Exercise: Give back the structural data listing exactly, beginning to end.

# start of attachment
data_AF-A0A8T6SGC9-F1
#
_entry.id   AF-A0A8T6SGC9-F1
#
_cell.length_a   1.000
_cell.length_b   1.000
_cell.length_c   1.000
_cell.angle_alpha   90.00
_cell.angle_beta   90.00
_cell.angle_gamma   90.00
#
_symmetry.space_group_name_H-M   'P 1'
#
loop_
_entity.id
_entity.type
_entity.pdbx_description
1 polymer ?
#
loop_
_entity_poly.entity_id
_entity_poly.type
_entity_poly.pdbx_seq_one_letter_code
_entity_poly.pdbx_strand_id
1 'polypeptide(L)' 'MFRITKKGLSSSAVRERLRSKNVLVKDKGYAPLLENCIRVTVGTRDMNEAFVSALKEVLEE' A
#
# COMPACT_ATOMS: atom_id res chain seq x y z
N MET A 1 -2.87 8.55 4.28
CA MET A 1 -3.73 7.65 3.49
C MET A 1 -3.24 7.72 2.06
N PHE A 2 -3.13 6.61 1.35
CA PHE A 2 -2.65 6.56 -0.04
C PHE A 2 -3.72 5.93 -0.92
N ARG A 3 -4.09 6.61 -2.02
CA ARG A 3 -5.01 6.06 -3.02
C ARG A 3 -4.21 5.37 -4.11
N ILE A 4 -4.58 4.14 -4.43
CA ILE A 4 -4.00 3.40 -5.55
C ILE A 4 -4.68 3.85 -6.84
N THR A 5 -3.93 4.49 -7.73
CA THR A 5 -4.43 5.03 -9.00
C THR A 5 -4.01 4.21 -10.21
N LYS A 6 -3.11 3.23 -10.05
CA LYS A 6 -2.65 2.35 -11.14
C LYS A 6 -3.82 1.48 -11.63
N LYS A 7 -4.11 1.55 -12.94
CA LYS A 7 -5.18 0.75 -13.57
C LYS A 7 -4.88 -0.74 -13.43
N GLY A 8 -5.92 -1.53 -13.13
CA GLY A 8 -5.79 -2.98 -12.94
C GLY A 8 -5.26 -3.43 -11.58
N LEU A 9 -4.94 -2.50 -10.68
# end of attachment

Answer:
data_AF-A0A8T6SGC9-F1
#
_entry.id   AF-A0A8T6SGC9-F1
#
_cell.length_a   1.000
_cell.length_b   1.000
_cell.length_c   1.000
_cell.angle_alpha   90.00
_cell.angle_beta   90.00
_cell.angle_gamma   90.00
#
_symmetry.space_group_name_H-M   'P 1'
#
loop_
_entity.id
_entity.type
_entity.pdbx_description
1 polymer ?
#
loop_
_entity_poly.entity_id
_entity_poly.type
_entity_poly.pdbx_seq_one_letter_code
_entity_poly.pdbx_strand_id
1 'polypeptide(L)' 'MFRITKKGLSSSAVRERLRSKNVLVKDKGYAPLLENCIRVTVGTRDMNEAFVSALKEVLEE' A
#
# COMPACT_ATOMS: atom_id res chain seq x y z
N MET A 1 -2.87 8.55 4.28
CA MET A 1 -3.73 7.65 3.49
C MET A 1 -3.24 7.72 2.06
N PHE A 2 -3.13 6.61 1.35
CA PHE A 2 -2.65 6.56 -0.04
C PHE A 2 -3.72 5.93 -0.92
N ARG A 3 -4.09 6.61 -2.02
CA ARG A 3 -5.01 6.06 -3.02
C ARG A 3 -4.21 5.37 -4.11
N ILE A 4 -4.58 4.14 -4.43
CA ILE A 4 -4.00 3.40 -5.55
C ILE A 4 -4.68 3.85 -6.84
N THR A 5 -3.93 4.49 -7.73
CA THR A 5 -4.43 5.03 -9.00
C THR A 5 -4.01 4.21 -10.21
N LYS A 6 -3.11 3.23 -10.05
CA LYS A 6 -2.65 2.35 -11.14
C LYS A 6 -3.82 1.48 -11.63
N LYS A 7 -4.11 1.55 -12.94
CA LYS A 7 -5.18 0.75 -13.57
C LYS A 7 -4.88 -0.74 -13.43
N GLY A 8 -5.92 -1.53 -13.13
CA GLY A 8 -5.79 -2.98 -12.94
C GLY A 8 -5.26 -3.43 -11.58
N LEU A 9 -4.94 -2.50 -10.68